by Chris Estey
Yes, you should own this book already. It was the first great rock book, and it is still high up in the top ten. But if you don’t have it on your shelves, now’s a great time to pick it up, due to its reprinting with another book’s amount of pages in sumptuous culturally critical notes.
Mystery Train by Greil Marcus is arguably the London Calling of rock books. Like with that diverse, dizzying double album, you probably already do have an earlier edition and take it out to sample its timeless yet revelatory pleasures whenever you get a chance. Both had come out in times when when rock mainstream music and the writing about it had become generic, and both Marcus and The Clash swirl their brushes through a bright and deep palette of North American musical voices, confidently extrapolating on the signifying nature of black music culture as much as the mutated white redneck variations on it. (Mystery Train = Great narrative on Robert Johnson, Sly Stone, and Elvis P.; London Calling = Great songs titled “Jimmy Jazz,” “Wrong ‘Em Boyo,” and “Death Or Glory.”)
So why buy the recently released fifth edition of Mystery Train, even if you’re a diehard fan who knows that it reportedly inspired the recording of The Clash’s recorded zenith, and that Joe Strummer would end up acting in a pivotal role in Jim Jarmusch’s 80s rock energy-as-art film Mystery Train? (Talk about a hall of mirrors.)
Why? Because the deluxe reissue of the 1975 book subtitled Images of America in Rock ‘n’ Roll Music, a once-ubiquitous tome that both parents and punk kids could enjoy for its historical and prophetic assessments of artists both tragically apocryphal (Harmonica Frank and his influence on early rock) and critically-lauded (the character-driven race-entwined shock pop of Randy Newman), has been doubled with extra features. Here, you’ll find plenty of new notes on recent cultural occurrences and artifacts like the 33 1/3 book on The Band (Music from the Big Pink), the saga of stone cold killer Stagger Lee still developing through the songs of America-inspired performers like Nick Cave (on the Murder Ballads album), and assessments of the spurt of reissues connected to Stone, Presley, and other essential-to-experience icons.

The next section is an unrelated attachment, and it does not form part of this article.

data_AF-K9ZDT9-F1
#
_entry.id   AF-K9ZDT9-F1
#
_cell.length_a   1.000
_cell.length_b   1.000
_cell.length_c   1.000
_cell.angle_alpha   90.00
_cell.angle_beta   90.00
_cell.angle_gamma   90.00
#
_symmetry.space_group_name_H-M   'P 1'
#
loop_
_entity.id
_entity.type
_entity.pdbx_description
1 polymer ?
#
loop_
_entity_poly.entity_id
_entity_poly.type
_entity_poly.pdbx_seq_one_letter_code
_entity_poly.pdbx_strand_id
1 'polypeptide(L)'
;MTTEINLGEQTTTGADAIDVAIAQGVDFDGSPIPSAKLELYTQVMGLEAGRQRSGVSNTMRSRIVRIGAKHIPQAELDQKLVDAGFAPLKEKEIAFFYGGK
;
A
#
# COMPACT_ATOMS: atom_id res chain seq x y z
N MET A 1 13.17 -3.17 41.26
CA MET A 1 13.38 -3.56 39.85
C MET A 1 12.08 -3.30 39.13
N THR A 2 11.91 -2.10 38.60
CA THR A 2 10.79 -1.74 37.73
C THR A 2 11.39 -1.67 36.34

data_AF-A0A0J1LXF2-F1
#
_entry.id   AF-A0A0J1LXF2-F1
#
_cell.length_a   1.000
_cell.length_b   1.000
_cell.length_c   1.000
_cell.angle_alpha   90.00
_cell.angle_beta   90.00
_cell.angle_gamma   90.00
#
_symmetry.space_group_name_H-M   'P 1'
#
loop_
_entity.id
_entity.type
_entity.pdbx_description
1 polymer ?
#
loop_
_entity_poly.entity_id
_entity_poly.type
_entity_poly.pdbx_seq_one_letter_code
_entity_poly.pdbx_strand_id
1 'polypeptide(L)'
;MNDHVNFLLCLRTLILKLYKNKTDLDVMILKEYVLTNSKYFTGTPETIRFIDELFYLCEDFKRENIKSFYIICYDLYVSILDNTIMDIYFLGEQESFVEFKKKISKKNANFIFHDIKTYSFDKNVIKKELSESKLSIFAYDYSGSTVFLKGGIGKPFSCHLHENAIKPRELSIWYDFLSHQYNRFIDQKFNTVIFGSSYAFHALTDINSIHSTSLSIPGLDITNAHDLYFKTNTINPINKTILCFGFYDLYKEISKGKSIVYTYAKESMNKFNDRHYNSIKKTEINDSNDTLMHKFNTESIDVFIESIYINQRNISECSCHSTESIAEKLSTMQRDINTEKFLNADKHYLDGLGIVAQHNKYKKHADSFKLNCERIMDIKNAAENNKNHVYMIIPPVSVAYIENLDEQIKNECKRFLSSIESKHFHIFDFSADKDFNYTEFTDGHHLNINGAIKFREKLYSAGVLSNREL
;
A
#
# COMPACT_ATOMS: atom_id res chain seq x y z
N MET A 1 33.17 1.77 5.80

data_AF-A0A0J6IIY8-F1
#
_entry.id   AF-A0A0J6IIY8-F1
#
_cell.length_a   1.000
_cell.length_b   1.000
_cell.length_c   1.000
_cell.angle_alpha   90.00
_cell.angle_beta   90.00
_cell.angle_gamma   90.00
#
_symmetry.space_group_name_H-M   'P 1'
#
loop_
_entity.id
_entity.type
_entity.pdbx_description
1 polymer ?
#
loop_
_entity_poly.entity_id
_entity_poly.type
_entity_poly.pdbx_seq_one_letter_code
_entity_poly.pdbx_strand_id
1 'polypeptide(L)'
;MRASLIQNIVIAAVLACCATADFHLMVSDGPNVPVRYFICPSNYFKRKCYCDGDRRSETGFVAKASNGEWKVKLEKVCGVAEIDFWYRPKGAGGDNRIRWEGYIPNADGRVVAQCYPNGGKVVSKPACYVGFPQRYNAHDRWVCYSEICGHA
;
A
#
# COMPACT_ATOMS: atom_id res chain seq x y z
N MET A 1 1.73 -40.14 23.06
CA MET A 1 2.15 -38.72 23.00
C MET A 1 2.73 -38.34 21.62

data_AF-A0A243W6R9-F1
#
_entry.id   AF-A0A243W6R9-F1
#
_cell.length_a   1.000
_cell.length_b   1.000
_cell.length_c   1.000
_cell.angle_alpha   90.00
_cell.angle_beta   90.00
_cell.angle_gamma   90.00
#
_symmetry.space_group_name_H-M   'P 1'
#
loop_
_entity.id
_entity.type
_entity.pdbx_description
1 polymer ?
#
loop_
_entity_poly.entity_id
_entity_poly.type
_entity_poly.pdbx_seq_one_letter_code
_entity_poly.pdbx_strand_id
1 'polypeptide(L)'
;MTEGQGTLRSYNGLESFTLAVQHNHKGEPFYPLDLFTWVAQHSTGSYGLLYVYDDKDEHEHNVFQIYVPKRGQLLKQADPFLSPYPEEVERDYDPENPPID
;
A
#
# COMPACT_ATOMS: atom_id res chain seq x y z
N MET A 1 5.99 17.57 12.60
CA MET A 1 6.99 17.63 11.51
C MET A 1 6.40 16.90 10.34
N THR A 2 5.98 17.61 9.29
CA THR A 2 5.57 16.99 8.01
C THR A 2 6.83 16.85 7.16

Don’t take this book for granted, as it will clearly elucidate why these artists touch you so deeply as you encounter their work in both popular culture and the underground, both of which Marcus keeps a steady eye on. (For more examples of that, check out his excellent column in The Believer magazine, which had the brilliance to take him on for a “Real Life Top Ten” every month, with this month’s featuring a tightly accurate analysis of Seattle’s own The Gits). More than that, the fecund notes do not detract from the original beauty of the book, so if you wanted to own an updated definitive Mystery Train or wanted to turn someone else (whether punk child or parent who’s probably already aware of Marcus’s amazing talent) on to it, here is an excellent edition to do so. And after you devour this one either for the first time or twentieth, don’t hesitate seeking out Marcus’s other books, such as the spiritual-cultural history of punk philosophy Lipstick Traces and my favorite recent American cultural theory assertion, The Shape of Things to Come, noble and delicious heirs to the Mystery Train tradition.
This is the second post in a new ongoing series called Scribes Sounding Off, in which we discuss some of our favorite music writing, both new and old.